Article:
Report on 2012 Application Round

  1. All members of the Pupillage Committee took part in the selection of applicants for interview.
  2. Each application was considered by reference to four criteria. These were academic ability, experience, presentation and other factors. An overall score was allocated to each applicant by each member of the committee considering an application, and the applications were then ranked. There followed extensive discussion of individual applications before reaching a final selection for first interview.
  3. Academic ability: The committee took account of A level, degree and post-graduate qualifications, together with any other evidence of academic ability. Very limited weight was given to GCSE results. All those selected for interview had gained a 2:1 or first in their degree(s). There were a few applicants with 2:2 degrees and/or poor A level results (or no A levels) who had shown academic ability in other ways. As it happens none were selected for interview. But some of them had very strong applications, demonstrating the skills to succeed at the Bar in what they had done since leaving school, and came very close to being selected for interview. It continues to be our approach to require a 2:1 or higher as evidence of academic ability. But this is not inflexible, and where there is compelling alternative evidence of academic ability a 2:2 will not necessarily rule out a candidate.
  4. Overall, whilst there were several candidates with exceptional academic backgrounds, and a few with less distinguished records, the vast majority had a similar academic profile. This criterion did not therefore significantly differentiate between many different candidates.
  5. Experience: In contrast with academic ability there was a much greater spectrum of experience. The committee took particular account of advocacy experience, mini-pupillages, work for NGOs and other legal and non-legal experience. Undertaking FRU training (with no evidence of cases) or limited letter writing for Liberty was given little or no weight. Evidence of actual advocacy experience in courts or tribunals (particularly where it was based on more than 2 or 3 cases) was given considerable weight. Mooting and debating were taken into account, but success in national and international competition was naturally more favourably regarded than an individual University moot. Mini-pupillages were taken into account, particularly where they showed relevant experience and an interest in and aptitude for the type of work undertaken in Chambers. Some applicants had extensive mini-pupillage experience in chambers that undertook similar work to 5 Essex Court, but which acted exclusively (or almost exclusively) for claimants. These tended to score highly for experience, showing, as they did, an interest in and experience of the type of work undertaken by 5 Essex Court. Although much (but not all) of Chambers’ work is defendant-based, as more than one applicant observed, it is necessary to be able to see and argue a case from both sides. Non-legal experience was taken into account, particularly where the applicant explained why it demonstrated the skills required for success at the Bar.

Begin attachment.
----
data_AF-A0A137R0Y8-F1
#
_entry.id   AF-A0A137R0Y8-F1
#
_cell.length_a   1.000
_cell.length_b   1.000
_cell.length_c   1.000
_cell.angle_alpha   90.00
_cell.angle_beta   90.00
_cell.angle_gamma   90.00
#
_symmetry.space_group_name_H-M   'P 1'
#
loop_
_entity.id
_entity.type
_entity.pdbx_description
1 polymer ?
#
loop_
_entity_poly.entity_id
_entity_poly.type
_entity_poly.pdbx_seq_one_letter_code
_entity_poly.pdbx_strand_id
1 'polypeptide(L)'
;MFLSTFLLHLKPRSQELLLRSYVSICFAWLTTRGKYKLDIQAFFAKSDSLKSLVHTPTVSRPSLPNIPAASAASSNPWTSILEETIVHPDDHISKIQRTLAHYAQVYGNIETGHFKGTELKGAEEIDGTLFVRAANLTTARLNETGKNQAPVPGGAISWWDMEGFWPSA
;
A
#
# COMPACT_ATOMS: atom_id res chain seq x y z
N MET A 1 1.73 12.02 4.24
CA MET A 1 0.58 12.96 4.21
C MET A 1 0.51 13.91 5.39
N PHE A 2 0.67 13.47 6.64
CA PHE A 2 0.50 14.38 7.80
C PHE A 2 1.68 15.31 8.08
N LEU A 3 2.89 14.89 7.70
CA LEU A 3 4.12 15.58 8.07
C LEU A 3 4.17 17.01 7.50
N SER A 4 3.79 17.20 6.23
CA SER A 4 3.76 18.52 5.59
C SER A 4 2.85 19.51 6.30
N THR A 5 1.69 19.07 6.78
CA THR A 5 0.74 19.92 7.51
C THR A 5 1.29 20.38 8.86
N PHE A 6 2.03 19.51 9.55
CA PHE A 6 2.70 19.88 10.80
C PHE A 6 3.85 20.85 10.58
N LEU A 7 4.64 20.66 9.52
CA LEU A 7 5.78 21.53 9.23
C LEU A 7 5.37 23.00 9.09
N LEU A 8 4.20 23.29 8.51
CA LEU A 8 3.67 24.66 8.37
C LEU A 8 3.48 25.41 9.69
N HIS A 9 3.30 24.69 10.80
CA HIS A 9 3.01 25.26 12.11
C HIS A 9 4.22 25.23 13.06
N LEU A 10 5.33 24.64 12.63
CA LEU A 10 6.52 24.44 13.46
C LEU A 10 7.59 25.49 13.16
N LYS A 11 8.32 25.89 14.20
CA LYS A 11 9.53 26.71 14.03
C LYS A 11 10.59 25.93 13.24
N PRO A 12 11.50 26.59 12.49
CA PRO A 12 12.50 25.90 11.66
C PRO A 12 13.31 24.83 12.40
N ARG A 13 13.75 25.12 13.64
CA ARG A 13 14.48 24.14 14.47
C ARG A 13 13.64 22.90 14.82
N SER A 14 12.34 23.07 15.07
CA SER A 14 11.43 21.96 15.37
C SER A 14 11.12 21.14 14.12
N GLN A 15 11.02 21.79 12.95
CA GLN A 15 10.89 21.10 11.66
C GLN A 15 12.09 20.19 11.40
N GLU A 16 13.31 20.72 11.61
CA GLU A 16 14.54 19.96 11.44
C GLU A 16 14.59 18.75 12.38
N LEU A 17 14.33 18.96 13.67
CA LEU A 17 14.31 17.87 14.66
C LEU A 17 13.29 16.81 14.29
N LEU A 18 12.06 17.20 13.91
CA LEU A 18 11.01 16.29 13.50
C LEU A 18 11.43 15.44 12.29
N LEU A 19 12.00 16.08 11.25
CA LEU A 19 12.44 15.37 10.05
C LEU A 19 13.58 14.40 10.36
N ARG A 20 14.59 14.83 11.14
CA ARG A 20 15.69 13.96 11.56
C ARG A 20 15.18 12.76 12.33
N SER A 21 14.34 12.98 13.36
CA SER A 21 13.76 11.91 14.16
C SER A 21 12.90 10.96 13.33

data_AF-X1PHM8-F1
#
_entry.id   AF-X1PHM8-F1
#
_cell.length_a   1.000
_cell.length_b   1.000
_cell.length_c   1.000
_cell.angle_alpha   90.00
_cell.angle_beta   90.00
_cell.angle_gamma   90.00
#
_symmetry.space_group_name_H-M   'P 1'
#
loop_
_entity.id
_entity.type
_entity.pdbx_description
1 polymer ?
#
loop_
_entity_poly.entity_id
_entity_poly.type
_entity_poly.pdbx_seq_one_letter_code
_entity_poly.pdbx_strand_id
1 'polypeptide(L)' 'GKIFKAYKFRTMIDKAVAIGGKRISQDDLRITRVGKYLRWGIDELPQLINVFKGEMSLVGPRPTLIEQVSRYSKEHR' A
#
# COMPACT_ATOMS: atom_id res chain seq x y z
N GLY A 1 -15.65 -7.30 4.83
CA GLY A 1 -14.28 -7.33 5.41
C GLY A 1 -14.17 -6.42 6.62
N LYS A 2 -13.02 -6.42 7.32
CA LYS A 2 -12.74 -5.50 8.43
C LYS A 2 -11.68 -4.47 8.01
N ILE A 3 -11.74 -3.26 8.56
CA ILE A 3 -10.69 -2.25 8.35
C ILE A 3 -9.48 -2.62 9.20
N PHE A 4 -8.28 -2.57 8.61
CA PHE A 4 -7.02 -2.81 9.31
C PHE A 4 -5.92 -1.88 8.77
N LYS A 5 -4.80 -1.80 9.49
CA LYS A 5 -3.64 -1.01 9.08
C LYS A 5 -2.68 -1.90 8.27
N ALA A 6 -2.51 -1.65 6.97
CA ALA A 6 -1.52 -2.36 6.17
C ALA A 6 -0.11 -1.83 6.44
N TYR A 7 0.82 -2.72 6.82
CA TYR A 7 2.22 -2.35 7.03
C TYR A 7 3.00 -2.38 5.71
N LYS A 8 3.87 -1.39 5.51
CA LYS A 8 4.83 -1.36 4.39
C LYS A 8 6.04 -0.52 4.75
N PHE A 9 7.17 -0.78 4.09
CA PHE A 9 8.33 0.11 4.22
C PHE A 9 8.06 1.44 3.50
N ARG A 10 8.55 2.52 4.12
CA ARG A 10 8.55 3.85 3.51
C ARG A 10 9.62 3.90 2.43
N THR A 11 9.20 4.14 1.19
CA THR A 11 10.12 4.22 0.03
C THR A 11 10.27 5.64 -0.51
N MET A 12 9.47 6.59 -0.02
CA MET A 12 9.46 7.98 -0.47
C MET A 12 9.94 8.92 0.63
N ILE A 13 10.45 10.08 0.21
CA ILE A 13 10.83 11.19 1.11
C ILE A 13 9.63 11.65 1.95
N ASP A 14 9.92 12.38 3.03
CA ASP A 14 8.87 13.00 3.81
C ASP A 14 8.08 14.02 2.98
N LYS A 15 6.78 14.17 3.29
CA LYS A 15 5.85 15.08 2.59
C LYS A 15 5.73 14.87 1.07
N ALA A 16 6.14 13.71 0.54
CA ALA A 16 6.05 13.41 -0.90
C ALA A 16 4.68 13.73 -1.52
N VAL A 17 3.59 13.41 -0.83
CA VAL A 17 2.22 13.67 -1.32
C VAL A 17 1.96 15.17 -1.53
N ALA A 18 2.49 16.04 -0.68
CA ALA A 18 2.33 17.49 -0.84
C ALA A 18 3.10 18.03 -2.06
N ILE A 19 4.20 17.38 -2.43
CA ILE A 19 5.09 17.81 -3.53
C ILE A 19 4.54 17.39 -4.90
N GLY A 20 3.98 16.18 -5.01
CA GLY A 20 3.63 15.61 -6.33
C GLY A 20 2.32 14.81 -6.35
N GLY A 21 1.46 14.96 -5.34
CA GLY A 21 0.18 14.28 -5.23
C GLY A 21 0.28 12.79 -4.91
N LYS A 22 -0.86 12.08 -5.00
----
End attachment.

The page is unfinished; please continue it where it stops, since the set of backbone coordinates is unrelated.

6. Presentation: The committee gave the same weight to the presentation of the application form as it gave to academic ability and experience. Those applications which were well-written and presented scored highly. Those with basic mistakes (spelling, punctuation errors or ill-judged turns of phrase) scored poorly. This resulted in applicants that were otherwise very strong not being selected for first interview, sometimes on the basis of mistakes that might (in other contexts) be thought trivial. However, the committee considered that basic errors in an important document that was not (or should not have been) completed under time pressure reflected poorly on the applicant’s care and attention to detail.
  7. Other factors: Some (but limited) weight was given to other factors which demonstrated the applicant’s potential as a pupil and, in due course, a member of chambers. These included, for example, sporting or musical achievements which demonstrated the skills required for success at the Bar, or an understanding of the ethos and atmosphere of 5 Essex Court.

Selection for second interview

  1. First interviews took place on 15th and 16th May 2012. They each lasted 20 minutes.
  2. Each first round interview candidate was assessed by reference to four criteria: legal knowledge, presentation, motivation and communication and interpersonal skills.